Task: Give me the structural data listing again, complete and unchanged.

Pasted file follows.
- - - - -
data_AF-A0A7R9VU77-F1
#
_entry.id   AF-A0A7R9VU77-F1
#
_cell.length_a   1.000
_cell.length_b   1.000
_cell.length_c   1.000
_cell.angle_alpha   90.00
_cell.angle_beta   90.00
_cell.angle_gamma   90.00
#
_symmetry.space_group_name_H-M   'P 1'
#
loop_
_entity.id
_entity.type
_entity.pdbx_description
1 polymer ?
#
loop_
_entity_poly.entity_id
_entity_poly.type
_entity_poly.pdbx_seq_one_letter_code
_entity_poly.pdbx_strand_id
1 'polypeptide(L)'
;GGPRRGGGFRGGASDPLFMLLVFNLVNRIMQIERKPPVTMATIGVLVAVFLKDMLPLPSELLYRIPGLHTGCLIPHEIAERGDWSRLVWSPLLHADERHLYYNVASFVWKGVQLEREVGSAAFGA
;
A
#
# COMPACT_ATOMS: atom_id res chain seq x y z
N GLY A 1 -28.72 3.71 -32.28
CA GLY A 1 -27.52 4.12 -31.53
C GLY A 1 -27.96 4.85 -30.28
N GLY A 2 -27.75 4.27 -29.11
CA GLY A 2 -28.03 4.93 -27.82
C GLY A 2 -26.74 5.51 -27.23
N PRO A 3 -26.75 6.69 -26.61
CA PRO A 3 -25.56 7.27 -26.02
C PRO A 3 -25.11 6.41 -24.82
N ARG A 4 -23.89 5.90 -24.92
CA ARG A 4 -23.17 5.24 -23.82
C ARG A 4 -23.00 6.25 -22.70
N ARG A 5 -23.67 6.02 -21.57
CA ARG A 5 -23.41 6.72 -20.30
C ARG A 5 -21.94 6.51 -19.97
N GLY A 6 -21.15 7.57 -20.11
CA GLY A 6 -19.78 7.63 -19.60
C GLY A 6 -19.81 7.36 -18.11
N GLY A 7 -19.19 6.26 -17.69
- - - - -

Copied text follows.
data_AF-A0A7R9VU77-F1
#
_entry.id   AF-A0A7R9VU77-F1
#
_cell.length_a   1.000
_cell.length_b   1.000
_cell.length_c   1.000
_cell.angle_alpha   90.00
_cell.angle_beta   90.00
_cell.angle_gamma   90.00
#
_symmetry.space_group_name_H-M   'P 1'
#
loop_
_entity.id
_entity.type
_entity.pdbx_description
1 polymer ?
#
loop_
_entity_poly.entity_id
_entity_poly.type
_entity_poly.pdbx_seq_one_letter_code
_entity_poly.pdbx_strand_id
1 'polypeptide(L)'
;GGPRRGGGFRGGASDPLFMLLVFNLVNRIMQIERKPPVTMATIGVLVAVFLKDMLPLPSELLYRIPGLHTGCLIPHEIAERGDWSRLVWSPLLHADERHLYYNVASFVWKGVQLEREVGSAAFGA
;
A
#
# COMPACT_ATOMS: atom_id res chain seq x y z
N GLY A 1 -28.72 3.71 -32.28
CA GLY A 1 -27.52 4.12 -31.53
C GLY A 1 -27.96 4.85 -30.28
N GLY A 2 -27.75 4.27 -29.11
CA GLY A 2 -28.03 4.93 -27.82
C GLY A 2 -26.74 5.51 -27.23
N PRO A 3 -26.75 6.69 -26.61
CA PRO A 3 -25.56 7.27 -26.02
C PRO A 3 -25.11 6.41 -24.82
N ARG A 4 -23.89 5.90 -24.92
CA ARG A 4 -23.17 5.24 -23.82
C ARG A 4 -23.00 6.25 -22.70
N ARG A 5 -23.67 6.02 -21.57
CA ARG A 5 -23.41 6.72 -20.30
C ARG A 5 -21.94 6.51 -19.97
N GLY A 6 -21.15 7.57 -20.11
CA GLY A 6 -19.78 7.63 -19.60
C GLY A 6 -19.81 7.36 -18.11
N GLY A 7 -19.19 6.26 -17.69